Defence forces were established in the main towns including Vientiane, Thakhaek, Savannakhet, Xieng Khuang, Xamneua and Luang Prabang.  After that, the Lao Issara government was formed and declared national independence in front of the public on October 12, 1945.
This was a historic victory for Laos and a milestone in the fight for independence and freedom. It was also the first time that the Lao people threw off the yoke of the old colonialists and the feudal regime that had governed Laos for many centuries, and signalled the start of a new regime.
The independence declaration liberated Laos’ full territorial integrity, denounced the old regime and revoked all previous agreements that Laos had signed with France.
A temporary constitution was declared, while a national anthem and a three-coloured flag were introduced. A temporary government committee (Lao Issara government) was established.
The years 1954–63 saw periodic fighting for the defence of the two stronghold provinces of Phongsaly and Huaphan.
From 1964 to 1973, a new enemy dropped 260 million cluster bombs – about 2.5 million tons of munitions – on Laos over the course of 580,000 bombing missions. This was equivalent to a planeload of bombs being unloaded every eight minutes, 24 hours a day, for nine years – nearly seven bombs for every man, woman and child in Laos. Most of the devices dropped were cluster bombs, of which an estimated 30 percent did not detonate. This unrelenting assault made Laos the most heavily bombed nation per capita in world history.
From 1973-75 fighting took place throughout the country to secure national liberation.
In 1975, a Party Central Committee Meeting planned the direction of the struggle for the final triumph of the revolutionary forces. This included three strategies: the uprising of the masses, the supporting of revolutionary forces, and the removal of enemy forces.
Under the Party’s leadership, an increasing number of people from all classes, in both the enemy-controlled zone and the neutral zone, rose up against the old regime.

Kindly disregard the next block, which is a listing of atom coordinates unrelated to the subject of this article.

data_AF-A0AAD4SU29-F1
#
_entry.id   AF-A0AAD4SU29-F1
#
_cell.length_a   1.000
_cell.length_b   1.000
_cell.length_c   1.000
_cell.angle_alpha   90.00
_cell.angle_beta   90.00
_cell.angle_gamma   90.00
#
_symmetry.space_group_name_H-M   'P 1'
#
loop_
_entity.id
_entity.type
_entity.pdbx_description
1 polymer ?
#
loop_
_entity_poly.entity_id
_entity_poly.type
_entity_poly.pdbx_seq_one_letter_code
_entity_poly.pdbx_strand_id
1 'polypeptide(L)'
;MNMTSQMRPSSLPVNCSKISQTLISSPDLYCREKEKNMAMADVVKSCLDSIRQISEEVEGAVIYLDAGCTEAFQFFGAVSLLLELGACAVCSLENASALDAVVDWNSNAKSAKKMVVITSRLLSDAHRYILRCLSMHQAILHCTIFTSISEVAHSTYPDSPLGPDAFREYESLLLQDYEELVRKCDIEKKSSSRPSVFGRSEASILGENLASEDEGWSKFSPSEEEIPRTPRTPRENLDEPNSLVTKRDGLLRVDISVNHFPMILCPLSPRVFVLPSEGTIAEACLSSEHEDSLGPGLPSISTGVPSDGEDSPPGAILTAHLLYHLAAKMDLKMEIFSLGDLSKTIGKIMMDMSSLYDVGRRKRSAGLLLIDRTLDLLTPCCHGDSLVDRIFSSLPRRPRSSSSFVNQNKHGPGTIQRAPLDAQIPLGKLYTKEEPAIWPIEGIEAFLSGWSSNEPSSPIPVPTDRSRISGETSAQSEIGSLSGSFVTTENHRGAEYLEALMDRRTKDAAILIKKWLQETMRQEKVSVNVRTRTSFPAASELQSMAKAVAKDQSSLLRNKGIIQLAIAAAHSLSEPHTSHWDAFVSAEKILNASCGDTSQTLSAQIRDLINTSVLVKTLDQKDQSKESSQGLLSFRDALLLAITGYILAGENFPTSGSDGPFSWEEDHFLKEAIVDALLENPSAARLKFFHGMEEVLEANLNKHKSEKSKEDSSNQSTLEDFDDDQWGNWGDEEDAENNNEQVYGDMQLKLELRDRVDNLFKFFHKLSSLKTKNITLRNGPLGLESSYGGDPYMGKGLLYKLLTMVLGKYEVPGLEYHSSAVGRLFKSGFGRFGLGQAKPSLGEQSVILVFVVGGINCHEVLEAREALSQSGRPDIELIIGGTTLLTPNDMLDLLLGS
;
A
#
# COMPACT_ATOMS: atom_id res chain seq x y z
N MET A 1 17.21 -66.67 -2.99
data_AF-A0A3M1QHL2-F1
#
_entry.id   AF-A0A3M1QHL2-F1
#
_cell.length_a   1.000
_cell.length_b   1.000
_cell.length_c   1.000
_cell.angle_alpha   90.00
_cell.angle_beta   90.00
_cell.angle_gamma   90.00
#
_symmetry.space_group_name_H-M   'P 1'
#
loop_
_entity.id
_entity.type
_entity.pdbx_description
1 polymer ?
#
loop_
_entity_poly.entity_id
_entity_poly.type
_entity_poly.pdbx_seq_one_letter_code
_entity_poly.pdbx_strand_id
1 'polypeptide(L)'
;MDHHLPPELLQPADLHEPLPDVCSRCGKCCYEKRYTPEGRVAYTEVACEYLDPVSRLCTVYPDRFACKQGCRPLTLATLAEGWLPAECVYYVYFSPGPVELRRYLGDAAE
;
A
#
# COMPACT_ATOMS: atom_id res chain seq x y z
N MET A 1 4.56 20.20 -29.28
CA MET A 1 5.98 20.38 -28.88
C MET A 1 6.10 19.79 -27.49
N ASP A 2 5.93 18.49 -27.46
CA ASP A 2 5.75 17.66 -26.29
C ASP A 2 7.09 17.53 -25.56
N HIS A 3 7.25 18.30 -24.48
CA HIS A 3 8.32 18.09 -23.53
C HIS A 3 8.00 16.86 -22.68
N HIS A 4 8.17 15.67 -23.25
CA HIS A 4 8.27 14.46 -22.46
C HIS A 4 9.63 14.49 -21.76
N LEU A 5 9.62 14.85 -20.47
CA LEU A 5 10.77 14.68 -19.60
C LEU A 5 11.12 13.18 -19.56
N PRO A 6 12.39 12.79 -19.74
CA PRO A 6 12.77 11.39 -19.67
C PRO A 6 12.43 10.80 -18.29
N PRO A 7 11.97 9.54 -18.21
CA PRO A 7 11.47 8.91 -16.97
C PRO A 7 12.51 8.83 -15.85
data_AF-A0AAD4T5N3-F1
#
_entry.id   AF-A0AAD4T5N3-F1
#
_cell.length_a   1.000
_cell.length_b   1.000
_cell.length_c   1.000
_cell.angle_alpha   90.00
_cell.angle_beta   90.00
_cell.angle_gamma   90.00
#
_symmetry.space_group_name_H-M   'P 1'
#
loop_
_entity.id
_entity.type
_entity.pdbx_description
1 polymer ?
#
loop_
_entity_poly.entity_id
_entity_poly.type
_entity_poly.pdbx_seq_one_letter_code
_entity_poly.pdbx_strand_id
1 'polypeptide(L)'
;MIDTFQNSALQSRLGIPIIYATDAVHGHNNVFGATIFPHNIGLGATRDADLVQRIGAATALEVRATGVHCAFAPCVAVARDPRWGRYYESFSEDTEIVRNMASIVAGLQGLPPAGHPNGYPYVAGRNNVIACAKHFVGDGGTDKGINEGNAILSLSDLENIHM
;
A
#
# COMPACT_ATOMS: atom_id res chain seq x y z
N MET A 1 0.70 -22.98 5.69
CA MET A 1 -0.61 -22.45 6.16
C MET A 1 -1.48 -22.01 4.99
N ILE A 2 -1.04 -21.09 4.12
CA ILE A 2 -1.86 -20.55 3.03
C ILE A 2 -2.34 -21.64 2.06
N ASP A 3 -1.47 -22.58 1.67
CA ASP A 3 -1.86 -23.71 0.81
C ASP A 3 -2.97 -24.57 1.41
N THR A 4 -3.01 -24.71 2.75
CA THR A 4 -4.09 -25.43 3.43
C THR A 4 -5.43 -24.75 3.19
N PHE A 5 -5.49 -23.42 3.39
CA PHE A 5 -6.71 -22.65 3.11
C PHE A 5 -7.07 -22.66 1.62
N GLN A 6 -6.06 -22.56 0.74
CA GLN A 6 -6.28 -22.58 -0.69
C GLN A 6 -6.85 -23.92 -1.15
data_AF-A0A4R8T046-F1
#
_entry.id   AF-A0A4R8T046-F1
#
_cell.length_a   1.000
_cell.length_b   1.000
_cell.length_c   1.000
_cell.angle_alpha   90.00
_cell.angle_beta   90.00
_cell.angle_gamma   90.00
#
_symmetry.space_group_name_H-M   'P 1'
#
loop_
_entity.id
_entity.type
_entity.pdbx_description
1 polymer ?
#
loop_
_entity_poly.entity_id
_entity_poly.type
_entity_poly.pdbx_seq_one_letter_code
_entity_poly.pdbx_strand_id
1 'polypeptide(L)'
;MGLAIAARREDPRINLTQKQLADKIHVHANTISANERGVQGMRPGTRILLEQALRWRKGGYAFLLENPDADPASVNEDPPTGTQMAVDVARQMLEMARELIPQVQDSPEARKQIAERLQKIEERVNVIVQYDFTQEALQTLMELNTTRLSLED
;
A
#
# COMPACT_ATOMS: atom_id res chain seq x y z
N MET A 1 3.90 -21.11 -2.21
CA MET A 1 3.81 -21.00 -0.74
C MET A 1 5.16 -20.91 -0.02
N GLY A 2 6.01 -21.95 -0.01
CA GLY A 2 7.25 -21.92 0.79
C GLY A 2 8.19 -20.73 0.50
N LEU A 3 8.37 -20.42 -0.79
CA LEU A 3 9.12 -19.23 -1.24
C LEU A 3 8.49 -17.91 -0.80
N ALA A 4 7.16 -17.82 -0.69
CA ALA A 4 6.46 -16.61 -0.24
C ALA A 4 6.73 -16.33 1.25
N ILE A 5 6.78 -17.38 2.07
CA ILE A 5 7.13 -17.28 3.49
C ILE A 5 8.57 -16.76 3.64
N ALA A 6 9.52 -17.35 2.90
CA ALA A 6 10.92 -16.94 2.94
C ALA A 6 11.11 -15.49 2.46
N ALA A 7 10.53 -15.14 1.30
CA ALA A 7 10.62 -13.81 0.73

These included government officials, merchants, monks, soldiers and police, who all joined the revolutionary movement to stamp out the old administration.
Historic events included an uprising by workers at Electricite du Laos in Vientiane, a 42-day revolt by the residents of Nongbok district in Khammuan province, the uprising of students in Vientiane, and the defection of Battalion 102 from the Vientiane administration to the coalition government.
In support of the mass movement, military forces took control of strategic areas in Vientiane, Savannakhet province, and Pakxe in Champassak province. 
This show of force bound by the solidarity among people in Vientiane and other parts of the country culminated in the declaration of the Lao People’s Democratic Republic on December 2, 1975, and the removal of the royal regime. Uprising Day is meaningful for Lao people from all walks of life and is the fruit of the revolution. It was an achievement of bravery and invention, of three strategies for the seizure of power without the sound of gunshots.
It was a triumph of correct revolutionary guidelines and the excellent leadership of the Party to use Marxist and Leninist theory in a practical situation. It was the triumph of the solidarity of the Lao, Cambodian and Vietnamese people in fighting together against a common enemy.
To mark Uprising Day this year, government bodies are organising various activities, including sports competitions, cultural performances and blood donations.

By Times Reporters
(Latest Update August 24, 2018)